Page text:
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B. B. King starts this Blues with a statement that fundamentally reverberates with the essence of the Blues.
BB says, “Nobody Loves me But My Mother, And she could be Jiving Too.”
Now that is Blues. I think my mother loves me, but I can’t even count on that. King comes back and tells us that this is why he acts the way he does when the one he loves does the things that she does.
Nobody Loves me but my mother, and that’s why I act the way I do.
Before he sings and after he sings, King plays his guitar with an anguish that pretty much tells musically what he otherwise tells us lyrically.
We can spend some time marveling in the truthfulness of the telling of the story. The song tells a story of a pain that is deep. It reminds us of the Negro Spiritual, “Sometimes I feel like a Motherless Child.”
Sometimes I feel as though I am alone and can’t even count on my Mother. King tells the truth here.
You ever felt like that?
Before you quickly jump to how good God is and how he picked you up, turned you around and placed your feet on solid ground, lets come to the reality that this pain that King speaks of is not something that followers of God sidestep. At least not fully.
This forsakenness was felt so deep by Jesus. Jesus Christ himself felt this forsakenness that the Slave singer sang about, and BB King here sings as well.
But No, I want to look at this forsakenness.
On that “Old Rugged Cross” Jesus cried: “My God My God Why hast thou forsaken me?” Matt. 27:46.
Why is Pain in Scripture?
Why is this in the scripture?
That God forsakenness?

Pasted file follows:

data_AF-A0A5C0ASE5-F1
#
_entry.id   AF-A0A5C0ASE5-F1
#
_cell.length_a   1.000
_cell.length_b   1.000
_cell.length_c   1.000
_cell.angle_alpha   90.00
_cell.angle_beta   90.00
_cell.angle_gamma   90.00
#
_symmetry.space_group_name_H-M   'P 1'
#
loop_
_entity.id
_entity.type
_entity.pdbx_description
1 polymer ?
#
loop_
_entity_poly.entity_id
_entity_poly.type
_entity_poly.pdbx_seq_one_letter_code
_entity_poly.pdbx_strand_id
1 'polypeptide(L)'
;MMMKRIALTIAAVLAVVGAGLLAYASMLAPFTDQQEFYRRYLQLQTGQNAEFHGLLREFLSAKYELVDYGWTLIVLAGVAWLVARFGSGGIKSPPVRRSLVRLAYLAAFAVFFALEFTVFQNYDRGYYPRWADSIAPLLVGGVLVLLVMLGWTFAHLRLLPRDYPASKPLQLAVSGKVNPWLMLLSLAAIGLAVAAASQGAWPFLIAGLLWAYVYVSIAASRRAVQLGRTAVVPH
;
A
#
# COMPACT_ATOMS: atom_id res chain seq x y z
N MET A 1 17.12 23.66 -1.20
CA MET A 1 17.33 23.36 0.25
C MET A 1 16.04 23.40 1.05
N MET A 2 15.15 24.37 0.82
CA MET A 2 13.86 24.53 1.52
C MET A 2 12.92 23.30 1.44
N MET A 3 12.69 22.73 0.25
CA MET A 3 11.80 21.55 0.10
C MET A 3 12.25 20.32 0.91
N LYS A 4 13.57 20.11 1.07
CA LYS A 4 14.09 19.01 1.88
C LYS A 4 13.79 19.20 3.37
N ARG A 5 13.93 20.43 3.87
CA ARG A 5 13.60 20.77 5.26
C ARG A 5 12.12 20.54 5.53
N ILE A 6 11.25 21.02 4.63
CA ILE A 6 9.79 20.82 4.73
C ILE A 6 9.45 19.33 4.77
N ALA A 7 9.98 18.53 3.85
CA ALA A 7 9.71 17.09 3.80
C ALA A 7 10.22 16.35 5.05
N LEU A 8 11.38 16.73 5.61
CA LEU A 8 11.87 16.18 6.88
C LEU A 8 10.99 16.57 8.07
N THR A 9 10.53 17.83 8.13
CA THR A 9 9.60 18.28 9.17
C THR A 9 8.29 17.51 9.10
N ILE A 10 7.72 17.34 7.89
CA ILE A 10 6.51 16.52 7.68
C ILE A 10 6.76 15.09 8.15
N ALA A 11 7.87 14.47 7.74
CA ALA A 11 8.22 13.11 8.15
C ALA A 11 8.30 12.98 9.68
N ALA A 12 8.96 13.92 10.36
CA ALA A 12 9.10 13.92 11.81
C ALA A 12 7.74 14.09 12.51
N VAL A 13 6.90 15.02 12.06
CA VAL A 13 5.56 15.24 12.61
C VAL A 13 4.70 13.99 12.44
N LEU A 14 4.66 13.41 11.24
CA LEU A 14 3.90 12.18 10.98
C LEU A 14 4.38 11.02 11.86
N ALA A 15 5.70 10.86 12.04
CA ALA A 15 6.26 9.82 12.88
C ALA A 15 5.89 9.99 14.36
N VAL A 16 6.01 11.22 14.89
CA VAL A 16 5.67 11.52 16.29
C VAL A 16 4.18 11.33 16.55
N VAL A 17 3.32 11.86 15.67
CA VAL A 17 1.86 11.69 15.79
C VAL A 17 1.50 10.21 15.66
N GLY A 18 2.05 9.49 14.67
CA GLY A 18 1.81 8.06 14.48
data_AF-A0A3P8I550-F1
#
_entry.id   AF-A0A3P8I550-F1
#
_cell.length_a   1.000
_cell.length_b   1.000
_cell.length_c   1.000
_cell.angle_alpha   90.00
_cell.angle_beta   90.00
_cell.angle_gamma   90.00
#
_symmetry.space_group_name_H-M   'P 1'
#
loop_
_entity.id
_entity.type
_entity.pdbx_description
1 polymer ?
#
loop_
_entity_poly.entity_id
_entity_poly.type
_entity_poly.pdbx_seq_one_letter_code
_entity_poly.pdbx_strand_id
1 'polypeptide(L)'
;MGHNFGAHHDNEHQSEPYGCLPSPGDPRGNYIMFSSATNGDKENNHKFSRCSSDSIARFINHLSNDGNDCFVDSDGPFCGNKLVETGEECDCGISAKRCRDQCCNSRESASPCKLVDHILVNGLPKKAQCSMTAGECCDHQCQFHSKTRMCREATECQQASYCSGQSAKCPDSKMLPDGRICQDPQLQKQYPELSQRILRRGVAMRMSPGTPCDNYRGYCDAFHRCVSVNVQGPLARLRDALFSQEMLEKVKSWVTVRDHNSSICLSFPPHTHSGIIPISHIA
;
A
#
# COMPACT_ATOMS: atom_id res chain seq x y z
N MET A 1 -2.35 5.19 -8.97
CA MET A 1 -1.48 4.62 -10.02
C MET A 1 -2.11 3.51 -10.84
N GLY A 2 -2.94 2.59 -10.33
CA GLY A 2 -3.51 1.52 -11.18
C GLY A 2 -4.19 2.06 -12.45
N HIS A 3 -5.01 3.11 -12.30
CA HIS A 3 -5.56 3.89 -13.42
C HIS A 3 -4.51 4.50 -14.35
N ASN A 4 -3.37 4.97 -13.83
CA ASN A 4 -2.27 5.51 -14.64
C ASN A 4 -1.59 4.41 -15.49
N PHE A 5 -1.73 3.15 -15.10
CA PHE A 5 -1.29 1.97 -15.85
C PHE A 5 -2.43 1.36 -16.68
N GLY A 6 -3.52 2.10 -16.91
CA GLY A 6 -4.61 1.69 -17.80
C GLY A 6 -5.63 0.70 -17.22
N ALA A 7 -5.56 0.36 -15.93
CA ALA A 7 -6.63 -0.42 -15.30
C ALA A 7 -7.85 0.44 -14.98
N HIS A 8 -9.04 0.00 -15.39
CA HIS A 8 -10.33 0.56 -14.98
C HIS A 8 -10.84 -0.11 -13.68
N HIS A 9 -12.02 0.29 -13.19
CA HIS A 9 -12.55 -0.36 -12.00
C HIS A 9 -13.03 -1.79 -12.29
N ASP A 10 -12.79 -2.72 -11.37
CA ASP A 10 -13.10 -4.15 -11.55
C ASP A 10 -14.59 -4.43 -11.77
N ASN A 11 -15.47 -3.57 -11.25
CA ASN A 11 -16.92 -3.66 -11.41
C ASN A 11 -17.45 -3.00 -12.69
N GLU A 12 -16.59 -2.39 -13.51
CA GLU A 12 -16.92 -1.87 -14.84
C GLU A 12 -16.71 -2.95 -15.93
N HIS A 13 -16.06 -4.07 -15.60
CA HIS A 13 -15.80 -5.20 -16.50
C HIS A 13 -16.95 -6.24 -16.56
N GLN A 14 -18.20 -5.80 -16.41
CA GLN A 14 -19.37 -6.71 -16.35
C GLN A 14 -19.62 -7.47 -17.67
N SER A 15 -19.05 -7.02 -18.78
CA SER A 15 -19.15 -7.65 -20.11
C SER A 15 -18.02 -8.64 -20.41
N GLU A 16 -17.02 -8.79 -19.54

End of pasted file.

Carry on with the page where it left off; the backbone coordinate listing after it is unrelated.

Could it be that it is the same reason why BB King sang what he sang.
Or maybe it is the same reason why our ancestors in bondage sang what they sang.
Why, do we sing these songs?
Are they helpful?
I am not here to tell you with certainty that it is good, but there is something interesting about the need to articulate the pain.
There seems to be something valuable in just telling the story.
Dr. Zach Mills, author of the book, “Last Blues Preacher,” told me in a conversation, “The worst thing in life is not having to talk about our pain and heartache. Even worse than talking about our pains is not being able to articulate the pain and heartache.”
Not having the words is the ultimate issue and pain.
Yes, I may not be able to change the fact that I question the motives of my mother. I may not be able to change the fact that I did what iIwas supposed to do, and like Jesus, find myself on a cross that I cannot get down from and that God will not take me down from.
I Can Sing The Song
All that may be true. But one thing I can do, is sing the song. I can tell the story. I can articulate the pain. And hopefully just that articulation will ultimately change the trajectory of my living in that pain.
In BB’s song, he explains the way he lives is in light of this pain and trauma.
In Jesus’ case, after he “Sang the Blues” of “My God My God Why?” He later was able to get in a position to say, “Into they hands I commit my spirit.” Luke 23:46.
The Slave who sang motherless child sings just like BB. The slave doesn’t give us any indication of overcoming the situation. But perhaps just telling the story. Perhaps singing the song. Perhaps just standing there tells you that I am not fully beaten by this.
Does telling the story help things?
Again, I do not know for sure.
But one thing I do know…as long as you tell the story, your very articulation is proof to the universe that you are still there. What I sing about hasn’t beaten me. I still struggle against that which I sing about.
Keep Singing The Song
Articulation is proof that I at least know I don’t deserve this. And even though my trauma may affect this relationship or the next relationship, I still aint’ gonna give up. Cause deep within singing the song still has a small glimmer of hope.
Maybe that’s all it is…
I am still here. Cause I sing this song. Instead of giving up in despair, I’m gonna sing this song of pain.
This ain’t what we want to hear, I ain’t gonna guarantee you anything, just encourage you that if you ain’t got nothing else. Just keep singing the song.
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